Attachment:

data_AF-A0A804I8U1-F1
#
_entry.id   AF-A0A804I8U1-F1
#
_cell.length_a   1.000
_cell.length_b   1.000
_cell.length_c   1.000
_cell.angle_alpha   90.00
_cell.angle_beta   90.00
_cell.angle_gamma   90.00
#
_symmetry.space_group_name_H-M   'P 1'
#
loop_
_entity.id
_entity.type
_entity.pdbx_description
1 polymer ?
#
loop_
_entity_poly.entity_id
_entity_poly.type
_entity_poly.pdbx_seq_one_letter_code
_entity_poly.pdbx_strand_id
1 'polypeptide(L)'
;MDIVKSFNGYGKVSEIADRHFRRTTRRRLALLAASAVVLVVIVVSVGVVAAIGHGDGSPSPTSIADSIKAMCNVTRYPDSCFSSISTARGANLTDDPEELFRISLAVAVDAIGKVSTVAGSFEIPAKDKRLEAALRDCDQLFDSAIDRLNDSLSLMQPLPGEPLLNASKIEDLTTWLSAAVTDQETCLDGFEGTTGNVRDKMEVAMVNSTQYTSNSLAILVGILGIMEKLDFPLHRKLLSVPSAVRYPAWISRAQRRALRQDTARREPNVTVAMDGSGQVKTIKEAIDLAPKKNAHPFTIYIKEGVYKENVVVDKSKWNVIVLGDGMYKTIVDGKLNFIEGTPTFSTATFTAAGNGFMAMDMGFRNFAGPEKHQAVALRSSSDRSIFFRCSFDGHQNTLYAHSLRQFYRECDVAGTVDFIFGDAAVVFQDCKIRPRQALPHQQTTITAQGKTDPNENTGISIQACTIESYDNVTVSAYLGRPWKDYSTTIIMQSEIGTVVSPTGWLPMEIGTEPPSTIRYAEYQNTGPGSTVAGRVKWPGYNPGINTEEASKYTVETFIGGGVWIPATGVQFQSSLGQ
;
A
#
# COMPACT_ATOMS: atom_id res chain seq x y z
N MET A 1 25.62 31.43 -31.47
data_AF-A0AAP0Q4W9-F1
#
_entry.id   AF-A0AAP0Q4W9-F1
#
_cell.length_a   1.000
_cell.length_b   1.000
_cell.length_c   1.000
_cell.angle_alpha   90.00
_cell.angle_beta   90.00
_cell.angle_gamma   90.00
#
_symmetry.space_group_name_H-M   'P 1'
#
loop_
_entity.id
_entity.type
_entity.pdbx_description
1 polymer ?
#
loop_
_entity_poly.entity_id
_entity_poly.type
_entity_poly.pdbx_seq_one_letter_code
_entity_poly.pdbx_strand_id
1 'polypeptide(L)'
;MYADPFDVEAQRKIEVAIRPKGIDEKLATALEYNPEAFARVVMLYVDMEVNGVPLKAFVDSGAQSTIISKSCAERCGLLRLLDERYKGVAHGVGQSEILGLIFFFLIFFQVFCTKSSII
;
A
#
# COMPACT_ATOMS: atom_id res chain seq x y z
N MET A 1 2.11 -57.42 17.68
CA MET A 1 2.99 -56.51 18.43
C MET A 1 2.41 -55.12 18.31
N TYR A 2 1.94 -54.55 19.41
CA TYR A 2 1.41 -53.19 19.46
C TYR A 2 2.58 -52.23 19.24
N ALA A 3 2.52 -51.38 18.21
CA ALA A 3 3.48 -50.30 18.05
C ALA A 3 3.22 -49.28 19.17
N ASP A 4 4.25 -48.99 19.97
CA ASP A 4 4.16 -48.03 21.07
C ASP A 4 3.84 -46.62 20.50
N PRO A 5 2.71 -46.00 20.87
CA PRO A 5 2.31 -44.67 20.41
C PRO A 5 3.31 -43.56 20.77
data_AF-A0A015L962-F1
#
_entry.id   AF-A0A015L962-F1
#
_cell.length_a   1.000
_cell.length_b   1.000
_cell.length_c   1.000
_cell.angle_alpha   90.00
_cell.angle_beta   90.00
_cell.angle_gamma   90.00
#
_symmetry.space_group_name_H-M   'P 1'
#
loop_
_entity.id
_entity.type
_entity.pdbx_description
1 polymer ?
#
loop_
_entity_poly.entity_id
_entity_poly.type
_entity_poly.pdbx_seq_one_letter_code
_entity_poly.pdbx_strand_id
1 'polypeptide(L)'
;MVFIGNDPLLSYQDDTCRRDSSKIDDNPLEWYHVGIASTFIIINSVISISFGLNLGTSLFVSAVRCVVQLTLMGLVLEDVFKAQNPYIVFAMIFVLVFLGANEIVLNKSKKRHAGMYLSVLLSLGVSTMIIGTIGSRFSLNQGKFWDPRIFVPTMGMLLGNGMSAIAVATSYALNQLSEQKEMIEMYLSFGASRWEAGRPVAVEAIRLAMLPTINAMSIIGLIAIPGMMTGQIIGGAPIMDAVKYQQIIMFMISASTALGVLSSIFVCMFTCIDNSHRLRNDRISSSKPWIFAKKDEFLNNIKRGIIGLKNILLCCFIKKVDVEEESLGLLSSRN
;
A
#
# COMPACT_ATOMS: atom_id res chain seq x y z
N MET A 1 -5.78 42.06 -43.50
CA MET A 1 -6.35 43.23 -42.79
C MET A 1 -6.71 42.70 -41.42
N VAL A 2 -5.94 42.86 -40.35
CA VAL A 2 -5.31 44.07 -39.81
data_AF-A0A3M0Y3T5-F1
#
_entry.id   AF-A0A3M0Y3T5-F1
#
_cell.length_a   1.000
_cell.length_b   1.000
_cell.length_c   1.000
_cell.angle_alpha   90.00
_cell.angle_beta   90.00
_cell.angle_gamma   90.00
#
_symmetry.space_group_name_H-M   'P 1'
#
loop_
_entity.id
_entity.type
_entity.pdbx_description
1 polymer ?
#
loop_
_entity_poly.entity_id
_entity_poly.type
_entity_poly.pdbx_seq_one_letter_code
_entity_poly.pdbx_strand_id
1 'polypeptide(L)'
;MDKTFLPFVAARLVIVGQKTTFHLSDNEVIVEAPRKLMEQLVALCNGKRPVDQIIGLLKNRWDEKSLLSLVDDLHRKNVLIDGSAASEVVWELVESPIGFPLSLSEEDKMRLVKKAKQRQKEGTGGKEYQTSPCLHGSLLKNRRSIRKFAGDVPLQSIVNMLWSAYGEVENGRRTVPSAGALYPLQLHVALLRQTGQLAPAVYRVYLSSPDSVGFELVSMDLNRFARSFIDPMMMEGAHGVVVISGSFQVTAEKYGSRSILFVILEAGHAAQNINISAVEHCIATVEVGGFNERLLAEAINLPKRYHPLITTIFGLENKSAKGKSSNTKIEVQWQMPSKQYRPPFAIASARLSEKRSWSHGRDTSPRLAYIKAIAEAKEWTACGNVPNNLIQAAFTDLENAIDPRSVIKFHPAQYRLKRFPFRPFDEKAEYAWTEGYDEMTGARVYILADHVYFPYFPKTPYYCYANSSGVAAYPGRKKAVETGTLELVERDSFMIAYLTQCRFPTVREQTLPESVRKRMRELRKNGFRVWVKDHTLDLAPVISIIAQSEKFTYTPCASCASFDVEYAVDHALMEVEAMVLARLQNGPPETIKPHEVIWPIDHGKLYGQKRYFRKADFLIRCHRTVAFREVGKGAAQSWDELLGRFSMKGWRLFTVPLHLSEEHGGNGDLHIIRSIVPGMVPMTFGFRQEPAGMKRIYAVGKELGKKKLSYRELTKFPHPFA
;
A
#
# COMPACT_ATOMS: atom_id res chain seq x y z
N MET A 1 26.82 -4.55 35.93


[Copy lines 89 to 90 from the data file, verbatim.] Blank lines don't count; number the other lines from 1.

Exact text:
#
loop_